For greenhouses in North America, this past year has been particularly dark. Of course, this doesn’t refer to global events that shook the world population. Rather, it has to be understood literally. “In Canada, it was darker than usual this winter, and it has continued into spring,” says Rose Séguin, an agronomist at Sollum Technologies. “Usually, growers stop using lights in April because the natural light levels are high enough that using lights doesn’t warrant the electrical bill.” On top of that, it’s also because keeping the lights on in spring when it’s mainly sunny doesn’t necessarily translate into a higher yield. “But this year, it has been a dark spring. So, people have continued using their lights until May to maintain yields in the spring months and catch up on the yield lost in January.”
While the increased energy prices may be a problem, Canadian growers haven’t struggled with that as much as their European colleagues. “We are not feeling the energy crisis to the same extent as, say, the Netherlands. However, it is still increasingly expensive, as are other greenhouse inputs.” To manage rising operating costs, there is an increased interest in any technology that improves resource use efficiency in greenhouses, such as the use of biostimulants for nutrient uptake and resilience and innovative screening techniques for energy savings.
“Despite the new technologies out there, growers haven’t had much of a choice and needed to keep the lights on longer than expected to reach their yield targets,” says Rose.
Lights on for tomatoes
This is especially true for tomato growers, who have to keep the lights on for some time. However, when the season is darker than usual, it means that those lights need to stay on for longer, impacting, even more, a grower’s bottom line. “The particularly tricky thing is that you keep the light on, but suddenly you get more sunlight. Or perhaps, there’s just so much sunlight, and yet, fixtures are still running, say, at 50%.” Rose is specifically talking about HPS, which can’t be dimmed as accurately as LEDs.
“On top of that, the heat produced by HPS affects the cultivation environment and can damage or wear out plants. Another disadvantage is that HPS always emits 10-15% far red light. While this can be beneficial in some cases, having high levels of far-red light can exhaust plants sooner.” Bluntly put, too much far-red light puts plants in overdrive. “For that reason, we recommend removing most of the far-red light as the spring progresses and we get enough from the sunlight. This allows us to save energy and wear out the plants less.”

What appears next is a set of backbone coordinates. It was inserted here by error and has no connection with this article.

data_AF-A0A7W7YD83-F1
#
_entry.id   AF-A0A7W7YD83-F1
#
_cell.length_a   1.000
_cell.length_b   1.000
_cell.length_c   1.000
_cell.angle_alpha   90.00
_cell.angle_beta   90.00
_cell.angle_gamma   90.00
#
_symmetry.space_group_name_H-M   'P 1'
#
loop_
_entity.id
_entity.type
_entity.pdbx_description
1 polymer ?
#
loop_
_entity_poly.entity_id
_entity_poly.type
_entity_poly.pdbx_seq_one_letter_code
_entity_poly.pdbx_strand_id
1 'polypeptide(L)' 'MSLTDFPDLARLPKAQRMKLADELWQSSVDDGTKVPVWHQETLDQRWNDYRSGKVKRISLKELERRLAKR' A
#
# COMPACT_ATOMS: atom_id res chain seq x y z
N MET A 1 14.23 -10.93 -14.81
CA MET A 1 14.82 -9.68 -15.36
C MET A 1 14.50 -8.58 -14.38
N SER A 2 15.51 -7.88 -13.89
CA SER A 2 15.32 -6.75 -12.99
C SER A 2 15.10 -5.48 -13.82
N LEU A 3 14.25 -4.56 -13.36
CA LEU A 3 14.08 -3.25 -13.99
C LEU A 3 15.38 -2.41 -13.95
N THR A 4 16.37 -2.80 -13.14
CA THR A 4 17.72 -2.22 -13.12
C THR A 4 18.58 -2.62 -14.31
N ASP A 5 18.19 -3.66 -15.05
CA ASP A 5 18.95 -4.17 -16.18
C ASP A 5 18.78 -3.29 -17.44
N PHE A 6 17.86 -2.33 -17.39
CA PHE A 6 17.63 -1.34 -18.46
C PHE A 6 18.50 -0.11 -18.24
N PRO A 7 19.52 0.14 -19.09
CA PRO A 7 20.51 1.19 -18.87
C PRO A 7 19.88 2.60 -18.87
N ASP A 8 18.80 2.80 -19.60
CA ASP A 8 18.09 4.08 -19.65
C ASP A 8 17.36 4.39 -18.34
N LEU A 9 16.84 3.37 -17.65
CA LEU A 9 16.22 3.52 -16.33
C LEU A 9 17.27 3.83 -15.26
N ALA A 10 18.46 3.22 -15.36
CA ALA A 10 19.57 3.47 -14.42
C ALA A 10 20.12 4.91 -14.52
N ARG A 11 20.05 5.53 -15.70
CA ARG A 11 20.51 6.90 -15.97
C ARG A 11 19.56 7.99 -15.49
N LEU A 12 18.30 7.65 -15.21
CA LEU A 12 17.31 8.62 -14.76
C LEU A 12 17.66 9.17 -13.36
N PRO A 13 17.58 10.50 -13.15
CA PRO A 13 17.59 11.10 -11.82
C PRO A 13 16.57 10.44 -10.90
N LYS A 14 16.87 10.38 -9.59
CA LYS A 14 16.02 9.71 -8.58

That is why Sollum offers a dynamic LED grow light solution. “With dynamic lighting, growers can adjust their intensity and spectrum according to natural light levels, with our rectification feature allowing lights to dim in real-time according to sunlight,” she says. In other words, Sollum’s fully dynamic solution automatically adjusts the light intensity so that plants get the exact amount of light they need. “Considering the light variations during the spring and autumn shoulder seasons, dynamic lighting has an edge over HPS and step-dimmable LED installations as they can perfectly dim the lights according to sunlight to provide no more than the target PPFD programmed by the grower.”
It goes without saying that dynamic LED grow lights offer additional control over the cultivation, all with the goal of providing plants with uniform lighting conditions tailored to the crop to produce the highest yield possible. “We follow up very closely with each of our growers to make sure we are reaching our goals and adjust the lighting and environment accordingly,” says Rose.
Everything begins with the lighting strategy prepared by the Sollum team in collaboration with the growers, followed by the addition of lighting recipes to the growers’ accounts. “Through our SUN as a Service® cloud platform, growers can set targets and thresholds so they can adjust the lighting strategy at any point throughout the season,” Rose says. “While we start with a set of recipes at the beginning of the season, we are constantly tweaking and adding recipes to help growers achieve their goals.”
As Rose points out, the various technologies available to growers can easily lead to an overwhelming amount of dashboards, data, equipment, etc. “We are aware of the overwhelm that growers are facing with the wave of new technologies, and we are working hard to integrate our solution with other systems to make insights easy to understand and implement,” says Rose. “We want to make sure that growers truly have control of the technologies being presented to them so that they can continue doing what they are best at growing high-quality produce.”
For more information:
Rose Séguin, agronomist